Equally graphic are the terminations of other characters. A girl on the run falls off a cliff and we see (and hear) her head smash into a rock and then her body crunch when it lands. A man has his head repeatedly beaten with a boulder, and we see his mangled face. He somehow survives, only to be blasted with a shotgun. Another character meets the same fate; the bullet hits his face. Yet another has his fingers and hand sliced off with a machete (they're later shown being picked at by crows) before he's hacked to death. (Why his final demise mercifully takes place offscreen, in a film that has already proven itself to be so wretched, I'll never know.)

While lecturing a little boy about making good decisions, Zamora abruptly shoves a skewer in the eye of one of his henchman, then digs it further into his skull as bodily fluids gush out. Then, as if things couldn't get any more sickening, the camera stays zoomed in as a traveler uses a staple gun to close a large gash in a man's head.

A Brazilian is kicked, pummeled and then stabbed repeatedly with a knife. Other characters get shot, punched, knocked out, stabbed with arrows, drowned or impaled. After being hit by a thrown rock, a man returns the favor, hitting the offending boy in the head. A bus rolls down a hill in dramatic fashion.

Crude or Profane Language

The f-word is uttered at least 40 times, while the s-word gets tossed out in almost a dozen instances. God's name is misused close to 10 times, once with "d--n." Jesus' is abused another five times. Other crude and sexually obscene language (including "c--t") is used at least a dozen times. A couple of Brazilian rap songs seem to include the f-word and other harsh language; this gets confirmed when a girl who speaks Portuguese explains, "Basically, it's one long list of explicit things [the rapper] likes to do in his car."

Drug and Alcohol Content

Once the crew discovers the beachside paradise has a fully stocked bar, the beer and hard alcohol flow freely. The night party turns deadly when the backpackers are drugged (and haze distorts the camera's view). In another setting, several travelers down glasses of scotch and talk about malt liquor. In two different scenes foreigners and locals alike pass around marijuana joints and other inhalants. Bags of weed also get mentioned. A handful of characters smoke cigarettes and cigars.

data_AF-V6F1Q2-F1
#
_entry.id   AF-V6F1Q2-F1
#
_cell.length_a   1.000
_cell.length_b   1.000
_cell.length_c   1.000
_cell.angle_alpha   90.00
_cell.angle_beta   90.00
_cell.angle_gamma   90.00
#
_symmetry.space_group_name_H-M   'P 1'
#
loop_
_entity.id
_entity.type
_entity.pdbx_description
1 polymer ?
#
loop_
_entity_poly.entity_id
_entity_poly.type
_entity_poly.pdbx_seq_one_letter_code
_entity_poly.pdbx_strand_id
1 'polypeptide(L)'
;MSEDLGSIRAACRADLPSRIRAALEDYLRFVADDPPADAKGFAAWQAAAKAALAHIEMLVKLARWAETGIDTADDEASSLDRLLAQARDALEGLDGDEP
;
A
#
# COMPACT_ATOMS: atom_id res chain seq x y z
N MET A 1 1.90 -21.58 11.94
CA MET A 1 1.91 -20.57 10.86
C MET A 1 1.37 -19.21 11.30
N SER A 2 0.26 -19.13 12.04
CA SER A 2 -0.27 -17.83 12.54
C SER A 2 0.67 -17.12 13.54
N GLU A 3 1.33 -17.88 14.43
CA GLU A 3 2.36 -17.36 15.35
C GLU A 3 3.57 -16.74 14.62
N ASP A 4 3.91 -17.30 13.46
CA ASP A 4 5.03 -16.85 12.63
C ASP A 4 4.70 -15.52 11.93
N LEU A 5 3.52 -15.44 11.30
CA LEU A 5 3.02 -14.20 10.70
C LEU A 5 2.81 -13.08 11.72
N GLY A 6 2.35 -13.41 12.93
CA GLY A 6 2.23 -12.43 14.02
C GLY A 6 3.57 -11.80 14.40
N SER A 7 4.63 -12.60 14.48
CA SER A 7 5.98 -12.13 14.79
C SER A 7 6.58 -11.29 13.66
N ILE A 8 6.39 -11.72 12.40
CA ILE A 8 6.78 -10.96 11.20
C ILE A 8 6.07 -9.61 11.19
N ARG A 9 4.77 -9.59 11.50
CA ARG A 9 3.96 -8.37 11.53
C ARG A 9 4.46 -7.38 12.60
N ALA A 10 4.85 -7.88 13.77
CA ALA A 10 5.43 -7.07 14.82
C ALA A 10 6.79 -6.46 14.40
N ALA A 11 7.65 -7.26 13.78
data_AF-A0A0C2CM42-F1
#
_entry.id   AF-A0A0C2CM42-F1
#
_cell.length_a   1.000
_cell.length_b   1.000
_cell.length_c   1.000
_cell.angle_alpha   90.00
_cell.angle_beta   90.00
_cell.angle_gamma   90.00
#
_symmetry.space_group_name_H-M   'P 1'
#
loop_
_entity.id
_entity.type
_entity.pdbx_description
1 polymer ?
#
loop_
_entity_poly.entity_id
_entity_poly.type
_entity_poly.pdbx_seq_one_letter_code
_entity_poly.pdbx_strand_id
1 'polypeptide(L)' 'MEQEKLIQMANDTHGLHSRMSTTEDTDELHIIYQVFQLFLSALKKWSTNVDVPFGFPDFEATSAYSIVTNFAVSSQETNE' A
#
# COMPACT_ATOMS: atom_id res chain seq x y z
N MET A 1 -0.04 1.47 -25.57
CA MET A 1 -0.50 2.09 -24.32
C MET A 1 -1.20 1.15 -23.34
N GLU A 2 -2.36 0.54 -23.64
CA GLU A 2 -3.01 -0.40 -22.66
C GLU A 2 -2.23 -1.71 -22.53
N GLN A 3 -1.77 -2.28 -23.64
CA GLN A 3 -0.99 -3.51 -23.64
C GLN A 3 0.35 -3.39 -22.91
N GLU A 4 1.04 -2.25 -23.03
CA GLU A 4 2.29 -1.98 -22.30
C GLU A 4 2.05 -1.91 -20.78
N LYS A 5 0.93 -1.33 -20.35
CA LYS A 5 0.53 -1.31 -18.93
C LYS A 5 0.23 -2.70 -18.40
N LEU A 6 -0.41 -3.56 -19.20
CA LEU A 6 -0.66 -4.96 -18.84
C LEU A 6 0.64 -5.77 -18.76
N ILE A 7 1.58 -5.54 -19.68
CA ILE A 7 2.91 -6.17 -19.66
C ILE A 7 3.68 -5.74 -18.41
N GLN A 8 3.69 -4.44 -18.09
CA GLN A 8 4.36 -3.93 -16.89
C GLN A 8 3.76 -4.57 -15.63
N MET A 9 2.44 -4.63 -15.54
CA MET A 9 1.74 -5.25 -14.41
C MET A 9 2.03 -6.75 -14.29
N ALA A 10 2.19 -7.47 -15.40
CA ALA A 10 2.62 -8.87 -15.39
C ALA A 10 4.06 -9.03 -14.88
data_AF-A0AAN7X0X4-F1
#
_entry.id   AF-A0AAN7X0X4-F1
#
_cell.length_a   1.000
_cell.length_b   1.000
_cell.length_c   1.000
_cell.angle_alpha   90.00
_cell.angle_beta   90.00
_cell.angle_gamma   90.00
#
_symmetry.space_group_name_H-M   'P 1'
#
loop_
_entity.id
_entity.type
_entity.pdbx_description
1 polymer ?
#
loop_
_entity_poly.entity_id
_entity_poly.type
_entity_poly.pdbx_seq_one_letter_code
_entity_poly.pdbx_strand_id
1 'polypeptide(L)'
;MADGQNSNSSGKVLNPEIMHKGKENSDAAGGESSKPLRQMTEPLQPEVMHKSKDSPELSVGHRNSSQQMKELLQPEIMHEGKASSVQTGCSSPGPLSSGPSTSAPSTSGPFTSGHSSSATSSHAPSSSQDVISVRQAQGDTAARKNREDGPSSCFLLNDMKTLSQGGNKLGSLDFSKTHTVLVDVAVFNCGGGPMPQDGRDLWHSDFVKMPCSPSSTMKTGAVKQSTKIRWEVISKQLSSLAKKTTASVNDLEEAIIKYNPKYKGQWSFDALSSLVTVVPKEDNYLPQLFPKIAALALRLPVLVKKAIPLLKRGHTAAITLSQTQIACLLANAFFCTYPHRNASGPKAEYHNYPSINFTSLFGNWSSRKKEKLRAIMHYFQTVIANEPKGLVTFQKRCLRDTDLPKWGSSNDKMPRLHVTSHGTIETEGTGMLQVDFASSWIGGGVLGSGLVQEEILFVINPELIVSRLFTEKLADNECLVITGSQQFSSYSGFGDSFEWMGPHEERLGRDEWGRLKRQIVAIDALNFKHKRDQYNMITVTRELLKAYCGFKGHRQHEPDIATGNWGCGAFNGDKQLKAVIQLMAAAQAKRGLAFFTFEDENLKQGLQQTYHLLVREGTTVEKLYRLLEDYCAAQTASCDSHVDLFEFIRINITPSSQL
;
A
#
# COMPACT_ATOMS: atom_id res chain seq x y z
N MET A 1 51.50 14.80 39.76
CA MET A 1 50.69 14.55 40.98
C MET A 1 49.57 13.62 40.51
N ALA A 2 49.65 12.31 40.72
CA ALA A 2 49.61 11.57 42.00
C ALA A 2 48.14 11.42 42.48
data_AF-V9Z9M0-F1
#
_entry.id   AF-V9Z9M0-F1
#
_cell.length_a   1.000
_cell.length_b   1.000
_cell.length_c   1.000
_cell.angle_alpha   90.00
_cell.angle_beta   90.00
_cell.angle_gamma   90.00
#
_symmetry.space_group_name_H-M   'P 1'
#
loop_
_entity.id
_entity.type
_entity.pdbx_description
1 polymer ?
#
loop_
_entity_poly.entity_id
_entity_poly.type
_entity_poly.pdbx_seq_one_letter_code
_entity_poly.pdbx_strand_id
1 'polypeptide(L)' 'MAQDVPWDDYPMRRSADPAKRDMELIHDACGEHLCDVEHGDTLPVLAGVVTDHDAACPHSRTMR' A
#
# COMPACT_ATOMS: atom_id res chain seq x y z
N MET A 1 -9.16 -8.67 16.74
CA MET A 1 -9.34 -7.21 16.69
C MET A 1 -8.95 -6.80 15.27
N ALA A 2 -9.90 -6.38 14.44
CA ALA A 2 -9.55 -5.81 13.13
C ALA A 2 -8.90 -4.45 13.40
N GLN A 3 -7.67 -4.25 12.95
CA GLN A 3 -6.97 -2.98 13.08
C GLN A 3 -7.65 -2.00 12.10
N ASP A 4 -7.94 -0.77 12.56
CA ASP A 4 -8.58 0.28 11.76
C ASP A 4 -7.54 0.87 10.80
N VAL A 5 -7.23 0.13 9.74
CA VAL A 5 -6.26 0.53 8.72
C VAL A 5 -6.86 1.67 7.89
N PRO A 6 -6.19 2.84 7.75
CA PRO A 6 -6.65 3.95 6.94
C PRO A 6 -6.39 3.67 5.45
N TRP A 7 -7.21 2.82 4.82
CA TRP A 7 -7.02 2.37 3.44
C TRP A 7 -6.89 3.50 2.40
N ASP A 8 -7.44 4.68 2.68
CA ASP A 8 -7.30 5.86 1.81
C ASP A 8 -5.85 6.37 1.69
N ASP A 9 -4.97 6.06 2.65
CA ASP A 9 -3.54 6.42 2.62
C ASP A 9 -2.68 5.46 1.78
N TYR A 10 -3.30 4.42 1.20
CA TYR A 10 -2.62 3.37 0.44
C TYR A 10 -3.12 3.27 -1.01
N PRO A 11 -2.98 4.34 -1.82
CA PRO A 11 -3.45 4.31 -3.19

Other Negative Elements

The camera catches Alex urinating in the jungle. More for titillating purposes than anything, a woman is shown breast feeding her child on a bus.


There's a 10-minute span in Turistas that shows what this movie could've been. A trio of survivors swims through a maze of underwater caves while being chased by baddies who will do unthinkable things to them if they're captured. While roaming through the submerged darkness, the escapees struggle to find cave pockets in which they can surface and draw a panicked breath or two. Meanwhile, the group accidentally gets split apart, with one girl losing her flashlight while a villain pursues her mere feet away.

It's intense, scary and mesmerizing. The kind of scene that leaves you literally holding your breath—without punching you in the gut as thanks for your sympathies.

Not so much for the rest of this gratuitously depraved Hostel copycat. It may not be as bad as that benchmark-setting psycho-flick in terms of never-ending graphic sex, violence and gore ... but that's only because of the never-ending part. Turistas still "successfully" bores into your mind and soul with a nauseating, lengthy torture scene that spares no details. And an eye gouged with a skewer. And a head smashed against rocks. And a dozen other completely unnecessary, completely shocking-for-the-sheer-sake-of-shock sequences.

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Josh Duhamel as Alex; Melissa George as Pru; Olivia Wilde as Bea; Desmond Askew as Finn; Beau Garrett as Amy; Max Brown as Liam; Agles Steib as Kiko; Miguel Lunardi as Zamora


John Stockwell ( )


Fox Atomic



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Marcus Yoars

We hope this review was both interesting and useful. Please share it with family and friends who would benefit from it as well.